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Pharmaceutical giant AstraZeneca says it has held no discussions with the U.S. government about emergency authorization for the COVID-19 vaccine it is manufacturing.
That vaccine is still undergoing late stage human clinical trials in several sites around the world, including in the U.K. and the U.S., making a rapid approval under the criteria the U.S. Food and Drug Administration has established so far a long shot.
British newspaper The Financial Times reported Sunday that the Trump Administration was considering a plan to fast-track approval of the vaccine, which has been developed by researchers at Oxford University in the U.K. and which AstraZeneca has agreed to help test and manufacture.
The paper cited three anonymous sources that it said had been briefed on the White House plan which, it said, included an option for the FDA to grant “emergency use authorization” to AstraZeneca’s vaccine if the results are positive from a late stage clinical trial in the U.K. that Oxford is running. That study involves about 10,000 people, and is expected to announce results as early as next month.
The FDA has previously said that any vaccine seeking a license will need to show positive results in a much larger clinical trial, involving at least 30,000 people. AstraZeneca is starting a clinical trial of that size in the U.S. for the vaccine, but results are not expected to be ready until later in the autumn.
President Donald Trump is reportedly desperate to have a COVID-19 vaccine approved before the November 3rd presidential election in order to boost his chances of reelection. Some are even speculating he sees it as his “October surprise.” Trump is currently trailing Democratic presidential nominee Joe Biden by about 10 points in national opinion polls.
“AstraZeneca has not discussed emergency use authorization with the US government and it would be premature to speculate on that possibility,” AstraZeneca said in a statement Monday in response to The FT story. “Late stage Phase II/III trials for [the Oxford vaccine candidate] are ongoing in the U.K. and other markets globally, and we do not anticipate efficacy results until later this year.”
Despite the denial, investors sent AstraZeneca shares up 3.7% in morning trade on Monday.
“Vaccines you’ll be hearing about very soon”
The FT report came on the same day that Trump held a press conference to announce the FDA had granted emergency use authorization for blood plasma from recovered COVID-19 patients to be used to treat those currently suffering from the disease.
At that press conference, Trump hinted that a vaccine authorization might be imminent. “We’re years ahead of approvals than we would be if we went by the speed levels of past administrations. We would be two years, three years behind,” the President said. “That includes vaccines that you’ll be hearing about very soon.”
Leading Democrats have said the White House must not approve a vaccine before reliable safety and efficacy results are available. In addition, Peter Marks, who heads the FDA division responsible for assessing vaccine candidates, told Reuters he would resign if the Trump Administration pressures the agency to approve a vaccine without adequate trial data showing it was safe and effective.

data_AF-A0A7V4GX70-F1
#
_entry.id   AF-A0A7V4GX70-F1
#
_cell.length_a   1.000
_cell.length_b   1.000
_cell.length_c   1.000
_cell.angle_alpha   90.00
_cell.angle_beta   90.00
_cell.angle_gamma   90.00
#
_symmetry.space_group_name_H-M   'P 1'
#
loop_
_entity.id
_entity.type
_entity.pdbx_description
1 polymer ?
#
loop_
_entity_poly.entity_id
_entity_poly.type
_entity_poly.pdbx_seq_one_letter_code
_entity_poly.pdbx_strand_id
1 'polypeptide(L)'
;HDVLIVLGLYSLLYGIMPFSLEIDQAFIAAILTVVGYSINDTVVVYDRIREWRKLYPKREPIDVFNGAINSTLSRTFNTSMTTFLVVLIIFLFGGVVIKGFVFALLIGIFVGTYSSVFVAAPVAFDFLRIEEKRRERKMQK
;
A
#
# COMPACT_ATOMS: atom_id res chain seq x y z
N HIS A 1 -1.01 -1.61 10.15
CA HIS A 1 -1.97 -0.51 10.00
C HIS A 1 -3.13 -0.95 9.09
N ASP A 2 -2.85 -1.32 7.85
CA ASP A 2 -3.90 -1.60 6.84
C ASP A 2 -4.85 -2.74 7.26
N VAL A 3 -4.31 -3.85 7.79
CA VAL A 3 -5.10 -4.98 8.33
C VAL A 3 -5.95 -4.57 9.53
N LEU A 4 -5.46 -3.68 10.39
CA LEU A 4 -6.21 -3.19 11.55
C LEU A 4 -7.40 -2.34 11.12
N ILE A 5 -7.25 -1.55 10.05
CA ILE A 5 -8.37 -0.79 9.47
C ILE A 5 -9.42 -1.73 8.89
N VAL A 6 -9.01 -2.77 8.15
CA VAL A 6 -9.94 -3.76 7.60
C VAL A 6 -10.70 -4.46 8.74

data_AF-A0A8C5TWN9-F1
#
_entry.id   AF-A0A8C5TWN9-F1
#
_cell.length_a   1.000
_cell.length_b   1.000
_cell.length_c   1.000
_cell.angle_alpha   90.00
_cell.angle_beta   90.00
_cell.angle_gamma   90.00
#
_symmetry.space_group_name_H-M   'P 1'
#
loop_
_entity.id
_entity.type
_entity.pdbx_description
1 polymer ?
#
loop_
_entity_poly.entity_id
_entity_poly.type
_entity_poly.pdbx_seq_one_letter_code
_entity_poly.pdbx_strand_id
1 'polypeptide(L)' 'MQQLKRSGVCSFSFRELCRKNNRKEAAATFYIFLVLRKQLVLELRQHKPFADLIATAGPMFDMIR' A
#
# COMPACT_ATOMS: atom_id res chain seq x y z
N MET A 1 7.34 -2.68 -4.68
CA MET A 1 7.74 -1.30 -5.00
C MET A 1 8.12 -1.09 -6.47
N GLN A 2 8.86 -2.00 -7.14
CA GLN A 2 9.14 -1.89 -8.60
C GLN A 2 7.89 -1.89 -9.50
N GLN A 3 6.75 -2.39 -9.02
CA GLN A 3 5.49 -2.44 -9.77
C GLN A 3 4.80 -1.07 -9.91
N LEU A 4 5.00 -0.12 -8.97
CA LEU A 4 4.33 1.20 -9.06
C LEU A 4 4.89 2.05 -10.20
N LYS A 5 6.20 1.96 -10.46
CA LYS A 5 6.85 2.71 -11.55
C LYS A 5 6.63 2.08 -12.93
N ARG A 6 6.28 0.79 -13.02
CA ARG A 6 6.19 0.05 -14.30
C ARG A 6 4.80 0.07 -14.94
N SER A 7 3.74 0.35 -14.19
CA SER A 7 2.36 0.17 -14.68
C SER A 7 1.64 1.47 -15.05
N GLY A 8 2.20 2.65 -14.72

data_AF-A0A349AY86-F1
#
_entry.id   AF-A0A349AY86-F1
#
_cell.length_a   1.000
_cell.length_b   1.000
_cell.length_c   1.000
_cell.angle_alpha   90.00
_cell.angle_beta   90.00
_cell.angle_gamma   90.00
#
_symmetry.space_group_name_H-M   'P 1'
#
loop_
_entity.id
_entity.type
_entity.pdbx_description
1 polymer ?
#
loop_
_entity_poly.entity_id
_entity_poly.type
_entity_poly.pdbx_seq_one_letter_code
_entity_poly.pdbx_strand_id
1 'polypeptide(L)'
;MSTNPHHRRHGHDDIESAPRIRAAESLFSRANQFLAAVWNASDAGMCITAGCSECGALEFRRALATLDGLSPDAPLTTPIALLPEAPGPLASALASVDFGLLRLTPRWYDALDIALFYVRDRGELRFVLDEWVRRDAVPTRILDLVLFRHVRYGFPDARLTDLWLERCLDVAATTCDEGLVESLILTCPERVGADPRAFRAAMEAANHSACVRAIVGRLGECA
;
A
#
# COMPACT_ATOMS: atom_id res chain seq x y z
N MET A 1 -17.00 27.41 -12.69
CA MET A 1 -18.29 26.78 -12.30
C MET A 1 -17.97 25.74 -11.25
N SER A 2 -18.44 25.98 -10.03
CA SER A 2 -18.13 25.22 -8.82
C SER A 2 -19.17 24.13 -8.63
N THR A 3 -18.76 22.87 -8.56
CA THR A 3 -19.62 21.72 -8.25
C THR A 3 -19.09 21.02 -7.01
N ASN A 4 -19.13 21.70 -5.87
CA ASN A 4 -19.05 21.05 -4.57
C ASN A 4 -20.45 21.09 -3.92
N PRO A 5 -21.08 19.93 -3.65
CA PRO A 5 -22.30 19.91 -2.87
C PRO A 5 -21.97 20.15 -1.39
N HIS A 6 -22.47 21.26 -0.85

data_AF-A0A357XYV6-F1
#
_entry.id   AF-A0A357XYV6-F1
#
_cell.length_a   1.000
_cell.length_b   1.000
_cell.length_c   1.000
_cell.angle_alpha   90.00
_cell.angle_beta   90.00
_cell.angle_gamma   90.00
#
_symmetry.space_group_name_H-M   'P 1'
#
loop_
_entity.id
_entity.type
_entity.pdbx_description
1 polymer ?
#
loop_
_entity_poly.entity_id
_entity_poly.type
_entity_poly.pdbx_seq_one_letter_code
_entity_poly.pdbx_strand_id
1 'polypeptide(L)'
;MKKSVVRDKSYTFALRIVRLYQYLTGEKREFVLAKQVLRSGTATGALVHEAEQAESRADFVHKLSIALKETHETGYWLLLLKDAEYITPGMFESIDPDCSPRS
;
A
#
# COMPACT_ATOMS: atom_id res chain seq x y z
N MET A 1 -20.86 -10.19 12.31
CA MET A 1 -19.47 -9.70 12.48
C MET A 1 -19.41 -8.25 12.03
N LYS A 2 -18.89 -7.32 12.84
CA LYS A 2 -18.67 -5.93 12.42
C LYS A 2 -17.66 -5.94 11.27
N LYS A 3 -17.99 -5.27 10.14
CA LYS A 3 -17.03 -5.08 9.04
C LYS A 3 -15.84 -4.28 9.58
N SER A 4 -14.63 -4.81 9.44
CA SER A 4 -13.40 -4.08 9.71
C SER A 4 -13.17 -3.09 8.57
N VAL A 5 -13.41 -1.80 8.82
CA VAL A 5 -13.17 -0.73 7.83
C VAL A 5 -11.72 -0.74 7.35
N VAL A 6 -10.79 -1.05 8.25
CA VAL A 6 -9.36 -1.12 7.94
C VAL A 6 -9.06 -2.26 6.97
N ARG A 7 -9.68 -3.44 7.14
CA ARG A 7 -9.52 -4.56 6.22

In addition to the Oxford-AstraZeneca vaccine, several other vaccines, including ones being developed by biotech company Moderna and pharmaceutical giant Pfizer, are also now undergoing large, 30,000-person Phase III clinical trials in the U.S.
Moderna began recruiting volunteers in July and has said it will complete enrollment by the end of September. Pfizer says it has recruited just over a third of its participants and will be “ready for regulatory review in October.” But even so, it is unclear that a vaccine could be approved under the FDA’s existing guidelines before November 3.
On Saturday, an impatient Trump alleged in a Tweet that unnamed individuals within the FDA were deliberately trying to slow enrollment in vaccine trials so that clinical trial results would not be available until after the election. “The deep state, or whoever, over at the FDA is making it very difficult for drug companies to get people in order to test the vaccines and therapeutics,” Trump wrote. “Obviously, they are hoping to delay the answer until after November 3rd. Must focus on speed, and saving lives!”
That tweet drew condemnation from U.S. Speaker of the House Nancy Pelosi, who called Trump’s tweet “a dangerous statement” that “went beyond the pale” and could “jeopardize the health and wellbeing of the American people.”
More coronavirus coverage from Fortune:
- WHO chief warns the world: Don’t fall prey to COVID “vaccine nationalism”
- What makes the latest coronavirus testing process, developed by Yale, so promising
- Commentary: Why empowering frontline workers is a key element to a safe reopening
- Urinals and toilets may spread COVID-19, adding fuel to the mask debate
- Depression symptoms among the employed in the U.K. have more than doubled since the start of the pandemic
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